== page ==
A few months ago, I was asked if I would write a review of a new book about Active Directory (AD) disaster recovery (DR) and I was more than happy to do this – especially as I’d just finished writing an AD design for a DR infrastructure at my organisation. The book in question was Florian Rommel’s Active Directory Disaster Recovery book, which claims to offer expert guidance on planning and implementing Active Directory disaster recovery plans.
AD DR is an important topic. Stop to think for a moment about how many services are reliant on this critical piece of many enterprises’ infrastructure and then consider what would happen if the AD was corrupted and no-one could log on…
…and that’s why this book is potentially useful to so many administrators charged with the correct operation of Active Directory (including troubleshooting and recovering from any issues).
The book starts out by explaining why organisations need a DR plan for AD (rather than just relying on the multi-master replication model), before moving on to look at AD design principles. The trouble is that those principles do not fit with Microsoft’s current advice for domain and forest design and there’s also the question of whether such design concepts even belong in a disaster recovery book (it could be argued that, if you’re reading this book, then you should already know about AD – indeed, the back covers says that the book “expects the reader to be familiar with the basics of Active Directory and Windows servers”).
After two chapters of rather slow introduction the real content starts and subsequent chapters cover: designing and implementing a DR plan; strengthening AD for resilience; acting on the failure of a single DC (and then recovering from that failure); recovery of lost or deleted objects; recovering from a complete AD failure (shouldn’t that come after the single DC failure?); recovering from hardware failure; common recovery tools; and, finally, an example business continuity plan.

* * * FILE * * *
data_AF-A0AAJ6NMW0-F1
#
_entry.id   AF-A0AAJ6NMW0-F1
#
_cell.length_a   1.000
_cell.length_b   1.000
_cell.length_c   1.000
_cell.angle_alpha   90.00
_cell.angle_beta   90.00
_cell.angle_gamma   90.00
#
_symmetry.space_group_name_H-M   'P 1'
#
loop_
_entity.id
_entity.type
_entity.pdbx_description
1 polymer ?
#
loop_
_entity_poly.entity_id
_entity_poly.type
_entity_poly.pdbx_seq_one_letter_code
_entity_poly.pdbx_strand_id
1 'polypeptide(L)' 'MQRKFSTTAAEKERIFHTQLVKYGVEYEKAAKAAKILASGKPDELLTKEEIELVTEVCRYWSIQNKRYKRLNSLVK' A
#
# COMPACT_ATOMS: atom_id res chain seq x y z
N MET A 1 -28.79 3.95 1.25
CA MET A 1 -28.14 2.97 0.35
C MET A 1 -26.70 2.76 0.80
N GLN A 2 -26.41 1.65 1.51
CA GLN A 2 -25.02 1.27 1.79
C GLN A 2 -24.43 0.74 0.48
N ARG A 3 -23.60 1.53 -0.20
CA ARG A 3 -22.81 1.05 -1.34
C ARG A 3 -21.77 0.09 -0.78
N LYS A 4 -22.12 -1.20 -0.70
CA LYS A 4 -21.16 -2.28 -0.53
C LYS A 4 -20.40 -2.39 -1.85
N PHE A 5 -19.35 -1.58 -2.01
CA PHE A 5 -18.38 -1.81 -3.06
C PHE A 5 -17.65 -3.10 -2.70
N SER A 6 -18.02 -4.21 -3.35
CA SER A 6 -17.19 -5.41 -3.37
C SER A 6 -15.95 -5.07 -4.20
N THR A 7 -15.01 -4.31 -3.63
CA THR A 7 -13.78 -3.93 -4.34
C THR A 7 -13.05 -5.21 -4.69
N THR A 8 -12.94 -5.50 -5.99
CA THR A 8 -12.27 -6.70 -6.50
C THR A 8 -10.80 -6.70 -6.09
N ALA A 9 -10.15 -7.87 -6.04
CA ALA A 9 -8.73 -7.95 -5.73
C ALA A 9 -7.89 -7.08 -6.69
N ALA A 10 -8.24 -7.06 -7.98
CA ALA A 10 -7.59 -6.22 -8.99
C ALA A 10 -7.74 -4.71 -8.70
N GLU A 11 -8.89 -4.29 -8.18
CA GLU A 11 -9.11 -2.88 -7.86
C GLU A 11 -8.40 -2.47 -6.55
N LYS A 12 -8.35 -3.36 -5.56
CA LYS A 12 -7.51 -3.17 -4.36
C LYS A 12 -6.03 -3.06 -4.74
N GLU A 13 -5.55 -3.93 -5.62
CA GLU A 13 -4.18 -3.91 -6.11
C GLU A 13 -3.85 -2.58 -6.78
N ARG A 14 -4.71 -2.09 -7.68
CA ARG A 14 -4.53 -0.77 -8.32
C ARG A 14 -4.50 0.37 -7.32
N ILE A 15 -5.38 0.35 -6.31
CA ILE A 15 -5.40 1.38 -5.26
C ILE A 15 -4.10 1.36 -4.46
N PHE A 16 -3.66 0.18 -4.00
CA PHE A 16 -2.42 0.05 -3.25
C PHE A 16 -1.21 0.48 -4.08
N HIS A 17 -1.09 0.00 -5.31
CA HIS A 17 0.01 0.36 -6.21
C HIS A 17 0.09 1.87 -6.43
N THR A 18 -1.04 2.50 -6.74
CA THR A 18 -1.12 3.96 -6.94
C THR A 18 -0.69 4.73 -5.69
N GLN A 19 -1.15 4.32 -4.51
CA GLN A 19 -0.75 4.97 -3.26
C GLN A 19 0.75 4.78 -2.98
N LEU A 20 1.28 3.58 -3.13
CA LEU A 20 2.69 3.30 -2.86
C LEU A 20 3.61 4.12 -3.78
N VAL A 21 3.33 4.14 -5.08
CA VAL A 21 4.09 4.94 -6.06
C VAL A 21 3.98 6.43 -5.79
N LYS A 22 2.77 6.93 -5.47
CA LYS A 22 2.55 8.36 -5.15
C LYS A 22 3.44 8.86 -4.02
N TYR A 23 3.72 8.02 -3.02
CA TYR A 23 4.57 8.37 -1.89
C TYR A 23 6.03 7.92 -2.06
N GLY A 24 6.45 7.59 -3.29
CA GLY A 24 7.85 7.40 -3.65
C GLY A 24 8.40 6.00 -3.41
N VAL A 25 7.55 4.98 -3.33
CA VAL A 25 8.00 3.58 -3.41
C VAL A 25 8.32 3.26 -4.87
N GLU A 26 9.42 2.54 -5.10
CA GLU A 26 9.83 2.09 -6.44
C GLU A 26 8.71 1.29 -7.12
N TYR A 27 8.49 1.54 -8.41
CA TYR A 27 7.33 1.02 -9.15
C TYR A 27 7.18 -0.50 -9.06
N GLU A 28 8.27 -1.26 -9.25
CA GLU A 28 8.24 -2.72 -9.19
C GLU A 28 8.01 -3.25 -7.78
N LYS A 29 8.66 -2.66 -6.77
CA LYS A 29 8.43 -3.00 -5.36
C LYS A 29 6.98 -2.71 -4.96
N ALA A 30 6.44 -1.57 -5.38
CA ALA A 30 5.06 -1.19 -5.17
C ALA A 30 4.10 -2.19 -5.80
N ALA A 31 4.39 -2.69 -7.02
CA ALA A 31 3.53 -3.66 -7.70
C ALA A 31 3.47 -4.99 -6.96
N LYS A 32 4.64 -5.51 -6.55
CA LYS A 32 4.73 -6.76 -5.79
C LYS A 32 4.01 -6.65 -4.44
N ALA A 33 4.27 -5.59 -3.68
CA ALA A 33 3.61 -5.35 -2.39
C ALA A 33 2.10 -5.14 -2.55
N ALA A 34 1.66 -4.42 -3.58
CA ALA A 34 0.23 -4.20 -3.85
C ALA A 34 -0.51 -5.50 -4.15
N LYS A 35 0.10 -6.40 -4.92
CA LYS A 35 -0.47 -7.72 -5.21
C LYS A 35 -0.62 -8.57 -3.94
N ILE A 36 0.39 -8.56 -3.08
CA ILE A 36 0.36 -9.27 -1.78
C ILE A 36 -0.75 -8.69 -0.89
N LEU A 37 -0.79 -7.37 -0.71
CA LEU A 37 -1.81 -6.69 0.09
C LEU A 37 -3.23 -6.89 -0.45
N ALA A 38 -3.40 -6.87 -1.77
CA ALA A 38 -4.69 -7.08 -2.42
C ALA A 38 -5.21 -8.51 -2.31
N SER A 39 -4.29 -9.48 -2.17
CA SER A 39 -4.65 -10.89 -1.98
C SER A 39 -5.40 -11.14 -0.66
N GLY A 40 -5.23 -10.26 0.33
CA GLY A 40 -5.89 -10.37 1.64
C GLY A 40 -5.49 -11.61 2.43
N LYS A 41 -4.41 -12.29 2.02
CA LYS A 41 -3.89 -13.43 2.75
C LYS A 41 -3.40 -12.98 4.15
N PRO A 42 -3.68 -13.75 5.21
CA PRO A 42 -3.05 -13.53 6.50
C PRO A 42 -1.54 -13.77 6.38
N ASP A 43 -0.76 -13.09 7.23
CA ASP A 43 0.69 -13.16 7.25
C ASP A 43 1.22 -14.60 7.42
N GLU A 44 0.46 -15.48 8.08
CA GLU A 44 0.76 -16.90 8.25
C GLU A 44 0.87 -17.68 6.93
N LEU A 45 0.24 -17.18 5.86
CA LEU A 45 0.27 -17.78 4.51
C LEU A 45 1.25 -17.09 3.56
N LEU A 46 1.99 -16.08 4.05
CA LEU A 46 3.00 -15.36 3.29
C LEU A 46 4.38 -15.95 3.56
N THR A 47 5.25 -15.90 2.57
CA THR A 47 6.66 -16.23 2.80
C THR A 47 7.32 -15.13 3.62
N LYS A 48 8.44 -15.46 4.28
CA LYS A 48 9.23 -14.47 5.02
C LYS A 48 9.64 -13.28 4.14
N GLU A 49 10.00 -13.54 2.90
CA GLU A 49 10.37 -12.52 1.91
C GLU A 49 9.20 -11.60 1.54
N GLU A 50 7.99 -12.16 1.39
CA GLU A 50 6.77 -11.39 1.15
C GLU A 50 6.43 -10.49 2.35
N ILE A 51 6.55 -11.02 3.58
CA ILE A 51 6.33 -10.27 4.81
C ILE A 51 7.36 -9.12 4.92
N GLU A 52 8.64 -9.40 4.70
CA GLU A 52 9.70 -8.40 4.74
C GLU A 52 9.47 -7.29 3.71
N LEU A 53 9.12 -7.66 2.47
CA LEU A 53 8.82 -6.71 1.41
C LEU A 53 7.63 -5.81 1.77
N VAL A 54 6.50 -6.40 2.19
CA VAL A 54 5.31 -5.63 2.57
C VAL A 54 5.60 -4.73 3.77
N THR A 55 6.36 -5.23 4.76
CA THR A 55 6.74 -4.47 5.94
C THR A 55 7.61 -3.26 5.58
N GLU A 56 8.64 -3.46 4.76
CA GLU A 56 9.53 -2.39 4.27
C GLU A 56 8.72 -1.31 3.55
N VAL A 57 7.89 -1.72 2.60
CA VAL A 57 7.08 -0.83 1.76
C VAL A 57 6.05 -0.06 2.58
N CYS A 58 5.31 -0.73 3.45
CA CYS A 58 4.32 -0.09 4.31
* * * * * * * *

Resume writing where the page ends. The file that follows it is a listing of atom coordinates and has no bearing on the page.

Regardless of whether I agree with the advice in this book, the simple fact is that I found it very difficult to read. Not because it’s technical but because English does not appear to be the native tongue of either the author or the editorial and production team. As a result the text doesn’t scan well and is too informal in places – it felt more like the technical documentation I read at work than a professionally published book. That may sound like the pot calling the kettle black but I’m writing this on a blog (where opinion should be expected) and my prose is not subject to the review, proof reading and editing that a book should be (nor do I charge you to read it).
I really want to say good things about this book as Florian Rommel clearly knows a lot about the subject. I have no doubt that he put a lot of work into its production (and I would have done a much better job of the AD design I mentioned at the head of this post had I read this book first) but the author seems to have been let down by the reviewers (James Eaton-Lee and Nathan Yocom) and by his proof reader (Dirk Manuel). I spotted a few errors that should have been picked up before publishing and there is far too much written that appears to be opinion rather than fact backed up with credible examples (in fairness, there is a bibliography but it would be better if there was a clear link between the content and the referenced source). Crucially though, for a book published in June 2008, four months after the release of Windows Server 2008, there’s no mention of any of the Active Directory changes in Microsoft’s latest server operating system.
Sadly, the end result does not justify the cover price of £36.99 or $59.99.
Active Directory Disaster Recovery by Florien Rommel is published by Packt Publishing (ISBN: 978-1-847193-27-8)